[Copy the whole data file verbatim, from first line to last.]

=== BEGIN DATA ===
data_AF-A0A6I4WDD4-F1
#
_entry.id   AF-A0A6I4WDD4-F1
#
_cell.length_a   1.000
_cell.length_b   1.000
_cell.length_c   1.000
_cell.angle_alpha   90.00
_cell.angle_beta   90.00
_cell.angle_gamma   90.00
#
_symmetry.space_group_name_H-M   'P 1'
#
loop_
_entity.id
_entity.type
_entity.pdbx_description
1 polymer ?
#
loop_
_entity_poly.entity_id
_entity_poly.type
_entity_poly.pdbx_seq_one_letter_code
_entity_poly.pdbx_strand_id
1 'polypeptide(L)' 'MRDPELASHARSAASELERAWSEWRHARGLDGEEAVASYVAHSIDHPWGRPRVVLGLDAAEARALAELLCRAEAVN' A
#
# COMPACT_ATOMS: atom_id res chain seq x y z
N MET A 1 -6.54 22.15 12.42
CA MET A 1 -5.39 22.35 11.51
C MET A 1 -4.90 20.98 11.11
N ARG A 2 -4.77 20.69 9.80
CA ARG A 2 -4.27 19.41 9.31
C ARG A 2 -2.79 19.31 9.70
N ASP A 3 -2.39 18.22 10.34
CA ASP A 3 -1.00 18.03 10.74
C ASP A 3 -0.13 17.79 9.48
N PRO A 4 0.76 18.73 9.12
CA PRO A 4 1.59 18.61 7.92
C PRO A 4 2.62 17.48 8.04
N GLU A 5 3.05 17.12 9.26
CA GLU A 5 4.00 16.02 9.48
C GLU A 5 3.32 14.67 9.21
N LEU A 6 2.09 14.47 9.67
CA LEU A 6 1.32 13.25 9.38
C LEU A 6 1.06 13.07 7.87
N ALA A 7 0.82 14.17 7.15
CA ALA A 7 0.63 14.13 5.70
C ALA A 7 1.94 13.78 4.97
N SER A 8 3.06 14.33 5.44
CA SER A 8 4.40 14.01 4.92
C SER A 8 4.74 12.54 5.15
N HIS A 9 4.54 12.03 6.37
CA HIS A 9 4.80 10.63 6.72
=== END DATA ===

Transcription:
data_AF-A0A6I4WDD4-F1
#
_entry.id   AF-A0A6I4WDD4-F1
#
_cell.length_a   1.000
_cell.length_b   1.000
_cell.length_c   1.000
_cell.angle_alpha   90.00
_cell.angle_beta   90.00
_cell.angle_gamma   90.00
#
_symmetry.space_group_name_H-M   'P 1'
#
loop_
_entity.id
_entity.type
_entity.pdbx_description
1 polymer ?
#
loop_
_entity_poly.entity_id
_entity_poly.type
_entity_poly.pdbx_seq_one_letter_code
_entity_poly.pdbx_strand_id
1 'polypeptide(L)' 'MRDPELASHARSAASELERAWSEWRHARGLDGEEAVASYVAHSIDHPWGRPRVVLGLDAAEARALAELLCRAEAVN' A
#
# COMPACT_ATOMS: atom_id res chain seq x y z
N MET A 1 -6.54 22.15 12.42
CA MET A 1 -5.39 22.35 11.51
C MET A 1 -4.90 20.98 11.11
N ARG A 2 -4.77 20.69 9.80
CA ARG A 2 -4.27 19.41 9.31
C ARG A 2 -2.79 19.31 9.70
N ASP A 3 -2.39 18.22 10.34
CA ASP A 3 -1.00 18.03 10.74
C ASP A 3 -0.13 17.79 9.48
N PRO A 4 0.76 18.73 9.12
CA PRO A 4 1.59 18.61 7.92
C PRO A 4 2.62 17.48 8.04
N GLU A 5 3.05 17.12 9.26
CA GLU A 5 4.00 16.02 9.48
C GLU A 5 3.32 14.67 9.21
N LEU A 6 2.09 14.47 9.67
CA LEU A 6 1.32 13.25 9.38
C LEU A 6 1.06 13.07 7.87
N ALA A 7 0.82 14.17 7.15
CA ALA A 7 0.63 14.13 5.70
C ALA A 7 1.94 13.78 4.97
N SER A 8 3.06 14.33 5.44
CA SER A 8 4.40 14.01 4.92
C SER A 8 4.74 12.54 5.15
N HIS A 9 4.54 12.03 6.37
CA HIS A 9 4.80 10.63 6.72